The Point of Self Sufficiency

Sometime during my life in the United States, a very important event quietly took place in my quest to learn English; self sufficiency.

At first, I relied on my Spanish to learn English. I translated everything in my head and if I wanted to learn new words, the language I used in my head was Spanish. I formed the concepts in Spanish and then I learned how to say that in English. At some point however, and without me noticing it, I stopped using Spanish to construct ideas and thus from then on, everything that happened inside my head was in English.

I suppose that this happened once I had acquired enough vocabulary in English but I have the nagging feeling that there’s more to it than that.

This time around, I am paying attention.

Thank you for looking!

A New Resource For Language Learners

Today I received my invitation to join a brand new web site for learning languages. The site is called Bliu Bliu and it uses an interesting approach to learning languages.

There are 12 languages listed as available at this time but you can ask to learn new ones from a long list. As more people show interest on these other languages, I believe they will be added to the active list of languages.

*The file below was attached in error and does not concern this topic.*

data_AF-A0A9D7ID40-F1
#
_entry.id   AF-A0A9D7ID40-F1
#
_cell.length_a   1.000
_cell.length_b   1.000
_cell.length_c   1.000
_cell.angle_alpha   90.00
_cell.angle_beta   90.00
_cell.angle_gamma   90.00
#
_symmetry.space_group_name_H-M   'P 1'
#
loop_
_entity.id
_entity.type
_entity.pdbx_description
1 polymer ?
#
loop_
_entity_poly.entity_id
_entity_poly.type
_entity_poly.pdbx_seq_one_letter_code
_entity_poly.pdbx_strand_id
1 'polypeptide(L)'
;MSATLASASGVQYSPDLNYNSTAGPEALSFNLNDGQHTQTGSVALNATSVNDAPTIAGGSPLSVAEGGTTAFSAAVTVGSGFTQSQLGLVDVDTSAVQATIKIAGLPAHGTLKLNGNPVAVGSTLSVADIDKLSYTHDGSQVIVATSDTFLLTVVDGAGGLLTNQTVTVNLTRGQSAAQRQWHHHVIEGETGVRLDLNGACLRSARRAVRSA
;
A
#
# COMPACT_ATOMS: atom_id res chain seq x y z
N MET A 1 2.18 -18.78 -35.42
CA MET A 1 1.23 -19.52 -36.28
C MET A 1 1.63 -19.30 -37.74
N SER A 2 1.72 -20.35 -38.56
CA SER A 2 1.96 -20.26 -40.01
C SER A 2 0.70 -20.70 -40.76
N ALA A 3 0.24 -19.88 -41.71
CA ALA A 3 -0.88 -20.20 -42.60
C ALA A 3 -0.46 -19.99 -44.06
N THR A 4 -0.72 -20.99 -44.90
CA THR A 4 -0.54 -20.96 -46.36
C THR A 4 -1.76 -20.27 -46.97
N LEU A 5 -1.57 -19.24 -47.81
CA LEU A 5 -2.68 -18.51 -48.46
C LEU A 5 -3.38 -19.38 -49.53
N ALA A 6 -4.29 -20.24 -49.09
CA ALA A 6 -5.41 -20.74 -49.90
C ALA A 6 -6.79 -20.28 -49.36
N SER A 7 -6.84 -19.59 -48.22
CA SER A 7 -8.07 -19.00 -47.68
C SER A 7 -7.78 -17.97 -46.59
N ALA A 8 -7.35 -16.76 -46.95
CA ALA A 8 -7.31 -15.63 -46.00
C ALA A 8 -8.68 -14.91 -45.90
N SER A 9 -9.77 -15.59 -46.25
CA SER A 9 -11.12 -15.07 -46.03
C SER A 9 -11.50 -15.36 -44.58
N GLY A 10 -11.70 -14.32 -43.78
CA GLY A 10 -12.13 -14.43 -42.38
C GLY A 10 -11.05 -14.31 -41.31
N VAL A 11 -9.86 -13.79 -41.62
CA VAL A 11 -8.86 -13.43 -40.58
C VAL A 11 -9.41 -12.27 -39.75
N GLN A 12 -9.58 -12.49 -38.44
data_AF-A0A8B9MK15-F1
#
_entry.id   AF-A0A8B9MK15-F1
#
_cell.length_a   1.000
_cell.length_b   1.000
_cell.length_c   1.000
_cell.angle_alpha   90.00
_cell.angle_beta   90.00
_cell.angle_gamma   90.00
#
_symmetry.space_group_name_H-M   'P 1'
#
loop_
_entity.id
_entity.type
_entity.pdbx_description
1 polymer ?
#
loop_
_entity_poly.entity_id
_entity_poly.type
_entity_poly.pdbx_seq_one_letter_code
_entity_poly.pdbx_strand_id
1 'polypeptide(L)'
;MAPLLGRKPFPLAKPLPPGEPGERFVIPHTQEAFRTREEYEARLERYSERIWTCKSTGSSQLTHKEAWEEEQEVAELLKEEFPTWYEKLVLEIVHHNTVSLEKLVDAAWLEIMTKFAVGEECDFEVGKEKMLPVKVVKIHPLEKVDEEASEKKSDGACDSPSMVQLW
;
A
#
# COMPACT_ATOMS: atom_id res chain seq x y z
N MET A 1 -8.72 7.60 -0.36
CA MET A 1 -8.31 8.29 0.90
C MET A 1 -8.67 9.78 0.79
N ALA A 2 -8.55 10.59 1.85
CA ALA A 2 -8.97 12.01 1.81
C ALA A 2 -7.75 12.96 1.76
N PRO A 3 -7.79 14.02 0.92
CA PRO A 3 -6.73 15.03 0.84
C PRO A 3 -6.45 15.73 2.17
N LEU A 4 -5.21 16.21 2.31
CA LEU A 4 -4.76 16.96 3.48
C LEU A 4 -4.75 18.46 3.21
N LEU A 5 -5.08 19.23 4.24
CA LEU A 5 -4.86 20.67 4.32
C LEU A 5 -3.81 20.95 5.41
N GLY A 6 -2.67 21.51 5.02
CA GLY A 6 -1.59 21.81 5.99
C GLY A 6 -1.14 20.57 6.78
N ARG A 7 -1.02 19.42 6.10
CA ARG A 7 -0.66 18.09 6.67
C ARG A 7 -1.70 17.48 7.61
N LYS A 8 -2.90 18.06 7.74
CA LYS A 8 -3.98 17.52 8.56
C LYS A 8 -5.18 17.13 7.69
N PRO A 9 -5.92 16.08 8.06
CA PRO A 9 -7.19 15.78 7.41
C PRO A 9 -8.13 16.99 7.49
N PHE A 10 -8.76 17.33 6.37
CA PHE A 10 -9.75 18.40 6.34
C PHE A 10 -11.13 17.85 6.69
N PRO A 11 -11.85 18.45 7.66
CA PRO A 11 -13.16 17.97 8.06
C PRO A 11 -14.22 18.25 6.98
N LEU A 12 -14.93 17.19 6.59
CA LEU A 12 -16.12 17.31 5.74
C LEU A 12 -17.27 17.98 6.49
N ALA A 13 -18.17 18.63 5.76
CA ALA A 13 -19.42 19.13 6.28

You are given text in your chosen language with all the words highlighted. You un-highlight the words you know and the next text you get comes with those words not highlighted.

You press a button and new text is served. As you move along, less and less words are highlighted as your increase your vocabulary.

You also have the choice of selecting music videos that have been transcribed so that you may follow along with the singer in the language you are learning.

The site is on Beta testing and I believe you can only join by invitation at this time but I bet soon, it will be open to the public. I could be wrong about this however and you definitely should try to join.

Thank you for looking!

¿Quien Habla Castellano? – Who Speaks Castilian?

Hoy quiero hablar acerca de algo que siempre me ha molestado. Desde que me vine a los Estados Unidos, vengo oyendo a gente que dice que ellos no hablan Español sino que ellos hablan Castellano.

Cuando yo era niño en mi país natal, se usaba decirle Castellano al lenguaje Español. Lo hacíamos con plena conciencia de que nos referíamos al Español hablado hoy. Nos referíamos al Español moderno; al Español de la Real Academia Española.

No tarda uno mucho en aprender que hay regionalismos en el mundo hispanohablante. Las diferencias  regionales que existen en América Latina por ejemplo, se exhiben en pleno aquí en los Estados Unidos. Mis vecinos son Puerto Riqueños. Ellos igual que yo, aprendieron Español en la escuela. El Español que ellos aprendieron es exactamente el mismo Español que yo aprendí aunque ellos lo aprendieron en Puerto Rico y yo lo aprendí en México  Sin embargo, al hablar, nos encontramos usando regionalismos en el lenguaje. Es así la cosa y las diferencias en nomenclatura no son tan grandes que nos impiden la comunicación.